Friday 25 October 2019
JOHN BATCHELOR SHOW
Friday 25 October 2019 / Hour 1, Block A: Dan Henninger, WSJ deputy editor of the editorial page; and Wonder Land columnist; in re: Mrs Pelosi’s delay of actual impeachment. Schiff hearings going on in secret; meanwhile, a sort of impeachment press is alive. In the summer, she did not want to go down the impeachment path: If the Senate trial is in January, that will oblige all Senators to be present in Washington, including six Democratic Senators running for the Democratic nomination. Iowa, NH NV, and ___.
Split-screen primary season: on one, candidates running around in the snow; on the other, the solemn trial in DC. Or, maybe [puckishly] Mrs Pelosi’s plan is to let Joe Biden (no longer a Senator) campaign while the others are stuck in an impeachment hall.
Friday 25 October 2019 / Hour 1, Block B: Mary Anastasia O’Grady, WSJ Americas columnist, in re: Canada & Venezuela. Anent the 22 Oct Canadian election: Trudeau’s Liberal party much about energy policy; Western Canada is flush with oil and gas, and so supports fossil fuel development. If Alberta can't get its crude to market – Trudeau seemed to be anti-energy – its economy will suffer. Much anger in Manitoba, Saskatchewan and Alberta against Ontario. Trudeau’s apparent softness on China: an electoral priority?
Friday 25 October 2019 / Hour 1, Block C: Chris Riegel, Scala.com CEO, in re: The SCALA Report. Analogue computers; enter data as fast as possible. Nature Magazine anent: Quantum supremacy. qubits. Repeatable experiment: can do in 200 seconds what a [familiar] computer could do in ten thousand years. . . . WeWork founder bounced out with a billion dollars or so. Softbank. Masayoshi San. Some start-up shares: a pig in a poke.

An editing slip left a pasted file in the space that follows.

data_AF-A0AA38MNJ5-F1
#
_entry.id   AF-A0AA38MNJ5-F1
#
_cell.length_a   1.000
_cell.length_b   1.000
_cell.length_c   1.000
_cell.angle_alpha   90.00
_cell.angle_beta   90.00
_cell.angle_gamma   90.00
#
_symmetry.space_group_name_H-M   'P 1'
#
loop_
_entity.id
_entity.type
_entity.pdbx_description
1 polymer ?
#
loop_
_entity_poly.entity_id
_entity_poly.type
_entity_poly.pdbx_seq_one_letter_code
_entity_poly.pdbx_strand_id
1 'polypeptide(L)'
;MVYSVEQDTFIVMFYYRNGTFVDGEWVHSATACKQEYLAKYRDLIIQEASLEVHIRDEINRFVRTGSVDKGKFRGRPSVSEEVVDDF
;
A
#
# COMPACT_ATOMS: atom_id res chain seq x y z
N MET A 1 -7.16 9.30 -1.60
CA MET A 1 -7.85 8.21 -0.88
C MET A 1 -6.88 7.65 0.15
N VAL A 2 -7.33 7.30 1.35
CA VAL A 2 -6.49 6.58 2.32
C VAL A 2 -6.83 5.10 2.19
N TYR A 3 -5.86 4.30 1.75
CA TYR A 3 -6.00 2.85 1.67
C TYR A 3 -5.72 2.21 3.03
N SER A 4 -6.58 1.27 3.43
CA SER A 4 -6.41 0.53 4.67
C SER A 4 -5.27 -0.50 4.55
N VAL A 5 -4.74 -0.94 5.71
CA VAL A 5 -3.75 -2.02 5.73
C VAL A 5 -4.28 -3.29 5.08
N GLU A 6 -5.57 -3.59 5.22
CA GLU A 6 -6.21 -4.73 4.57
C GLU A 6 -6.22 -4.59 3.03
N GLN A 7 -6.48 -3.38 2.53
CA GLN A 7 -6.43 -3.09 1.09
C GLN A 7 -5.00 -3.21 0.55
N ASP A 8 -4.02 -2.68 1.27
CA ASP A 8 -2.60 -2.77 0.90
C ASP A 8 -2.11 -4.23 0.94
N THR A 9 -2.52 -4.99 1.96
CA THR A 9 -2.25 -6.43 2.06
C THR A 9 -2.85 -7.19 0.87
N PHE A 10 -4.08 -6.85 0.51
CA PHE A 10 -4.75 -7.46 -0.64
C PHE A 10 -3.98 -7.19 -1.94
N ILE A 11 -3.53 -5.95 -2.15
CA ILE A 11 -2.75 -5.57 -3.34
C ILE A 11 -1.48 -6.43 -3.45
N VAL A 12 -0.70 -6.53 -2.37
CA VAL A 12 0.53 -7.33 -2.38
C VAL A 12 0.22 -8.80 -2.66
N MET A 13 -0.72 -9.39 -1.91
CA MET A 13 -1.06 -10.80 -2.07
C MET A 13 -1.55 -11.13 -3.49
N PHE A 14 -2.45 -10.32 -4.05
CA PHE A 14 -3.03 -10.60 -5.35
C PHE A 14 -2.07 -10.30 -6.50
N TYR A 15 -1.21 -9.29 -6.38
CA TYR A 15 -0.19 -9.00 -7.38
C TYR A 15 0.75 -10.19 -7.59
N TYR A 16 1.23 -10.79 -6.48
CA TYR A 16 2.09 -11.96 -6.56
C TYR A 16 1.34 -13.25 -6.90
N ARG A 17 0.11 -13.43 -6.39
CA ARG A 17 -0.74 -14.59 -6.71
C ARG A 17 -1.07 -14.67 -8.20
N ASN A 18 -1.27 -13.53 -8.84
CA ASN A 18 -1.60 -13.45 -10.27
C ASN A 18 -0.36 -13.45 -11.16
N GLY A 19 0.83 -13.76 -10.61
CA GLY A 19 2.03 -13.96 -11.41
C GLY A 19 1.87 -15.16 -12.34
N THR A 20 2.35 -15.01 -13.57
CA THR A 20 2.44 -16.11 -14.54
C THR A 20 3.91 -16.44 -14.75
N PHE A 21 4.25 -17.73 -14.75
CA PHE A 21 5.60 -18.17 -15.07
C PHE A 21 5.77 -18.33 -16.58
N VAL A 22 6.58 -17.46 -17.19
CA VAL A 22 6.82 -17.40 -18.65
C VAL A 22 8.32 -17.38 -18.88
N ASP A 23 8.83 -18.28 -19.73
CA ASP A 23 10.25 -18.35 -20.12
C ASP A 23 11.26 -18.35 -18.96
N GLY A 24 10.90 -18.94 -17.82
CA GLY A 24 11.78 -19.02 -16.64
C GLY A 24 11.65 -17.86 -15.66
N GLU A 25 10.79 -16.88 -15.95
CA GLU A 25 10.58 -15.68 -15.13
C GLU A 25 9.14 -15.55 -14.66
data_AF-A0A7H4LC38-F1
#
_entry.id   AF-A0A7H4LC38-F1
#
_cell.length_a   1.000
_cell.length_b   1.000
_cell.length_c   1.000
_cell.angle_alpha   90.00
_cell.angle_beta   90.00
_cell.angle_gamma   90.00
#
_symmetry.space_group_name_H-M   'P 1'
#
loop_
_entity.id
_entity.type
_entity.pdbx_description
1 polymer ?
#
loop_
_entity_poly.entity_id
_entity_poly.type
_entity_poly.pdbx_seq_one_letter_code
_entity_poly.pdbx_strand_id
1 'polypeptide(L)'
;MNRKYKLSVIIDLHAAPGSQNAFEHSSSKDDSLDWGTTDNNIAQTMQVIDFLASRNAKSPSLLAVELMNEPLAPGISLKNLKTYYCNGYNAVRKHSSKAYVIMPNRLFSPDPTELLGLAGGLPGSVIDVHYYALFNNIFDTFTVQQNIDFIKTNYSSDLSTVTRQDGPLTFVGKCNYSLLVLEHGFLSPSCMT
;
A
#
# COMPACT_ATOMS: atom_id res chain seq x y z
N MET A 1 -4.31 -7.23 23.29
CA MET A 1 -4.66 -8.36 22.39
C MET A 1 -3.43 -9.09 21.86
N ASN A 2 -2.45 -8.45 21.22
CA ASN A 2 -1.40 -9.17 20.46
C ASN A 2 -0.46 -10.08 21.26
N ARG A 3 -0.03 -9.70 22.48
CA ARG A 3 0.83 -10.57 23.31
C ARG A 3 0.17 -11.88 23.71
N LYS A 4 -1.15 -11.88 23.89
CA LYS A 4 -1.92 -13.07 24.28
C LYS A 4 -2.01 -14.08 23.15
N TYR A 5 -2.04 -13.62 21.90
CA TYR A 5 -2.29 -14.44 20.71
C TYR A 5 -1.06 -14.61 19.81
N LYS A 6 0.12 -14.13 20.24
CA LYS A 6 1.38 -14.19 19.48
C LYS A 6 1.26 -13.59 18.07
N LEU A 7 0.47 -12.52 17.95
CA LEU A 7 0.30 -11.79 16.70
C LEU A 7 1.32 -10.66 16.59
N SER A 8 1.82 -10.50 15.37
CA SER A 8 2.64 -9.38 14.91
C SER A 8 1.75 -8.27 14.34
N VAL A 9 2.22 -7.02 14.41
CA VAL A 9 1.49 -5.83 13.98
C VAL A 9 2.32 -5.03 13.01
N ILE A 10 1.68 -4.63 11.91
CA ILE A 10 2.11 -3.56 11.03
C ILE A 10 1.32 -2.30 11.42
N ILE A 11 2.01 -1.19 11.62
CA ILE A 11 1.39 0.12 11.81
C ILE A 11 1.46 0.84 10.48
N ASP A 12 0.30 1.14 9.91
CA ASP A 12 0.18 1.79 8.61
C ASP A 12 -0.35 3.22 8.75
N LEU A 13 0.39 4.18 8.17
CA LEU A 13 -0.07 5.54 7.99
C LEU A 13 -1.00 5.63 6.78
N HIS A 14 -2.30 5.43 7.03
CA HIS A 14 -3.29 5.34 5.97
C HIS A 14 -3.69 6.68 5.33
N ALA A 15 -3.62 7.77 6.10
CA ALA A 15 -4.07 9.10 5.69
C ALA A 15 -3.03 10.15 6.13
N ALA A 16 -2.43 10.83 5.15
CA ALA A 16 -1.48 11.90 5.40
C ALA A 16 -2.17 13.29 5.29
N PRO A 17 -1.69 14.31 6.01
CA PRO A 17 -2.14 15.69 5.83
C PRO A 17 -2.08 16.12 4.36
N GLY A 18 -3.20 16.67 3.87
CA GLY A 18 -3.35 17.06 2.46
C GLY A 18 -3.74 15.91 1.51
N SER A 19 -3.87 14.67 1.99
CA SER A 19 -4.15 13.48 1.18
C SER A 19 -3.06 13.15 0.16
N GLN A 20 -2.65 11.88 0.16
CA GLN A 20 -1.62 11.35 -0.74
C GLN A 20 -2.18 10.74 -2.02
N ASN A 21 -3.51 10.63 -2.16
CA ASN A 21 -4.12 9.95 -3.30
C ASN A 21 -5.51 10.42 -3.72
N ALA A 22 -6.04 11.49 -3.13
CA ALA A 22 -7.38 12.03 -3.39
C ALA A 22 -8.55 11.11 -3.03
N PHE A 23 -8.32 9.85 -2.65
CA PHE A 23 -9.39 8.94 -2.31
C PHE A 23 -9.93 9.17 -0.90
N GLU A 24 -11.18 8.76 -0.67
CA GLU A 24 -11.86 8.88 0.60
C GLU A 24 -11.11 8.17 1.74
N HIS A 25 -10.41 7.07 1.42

Quantum supremacy using a programmable superconducting processor Abstract The promise of quantum computers is that certain computational tasks might be executed exponentially faster on a quantum processor than on a classical processor1. A fundamental challenge is to build a high-fidelity processor capable of running quantum algorithms in an exponentially large computational space. Here we report the use of a processor with programmable superconducting qubits to create quantum states on 53 qubits, corresponding to a computational state-space of dimension 253 (about 1016). Measurements from repeated experiments sample the resulting probability distribution, which we verify using classical simulations. Our Sycamore processor takes about 200 seconds to sample one instance of a quantum circuit a million times—our benchmarks currently indicate that the equivalent task for a state-of-the-art classical supercomputer would take approximately 10,000 years. This dramatic increase in speed compared to all known classical algorithms is an experimental realization of quantum supremacy for this specific computational task, heralding a much-anticipated computing paradigm. / https://www.nature.com/articles/s41586-019-1666-5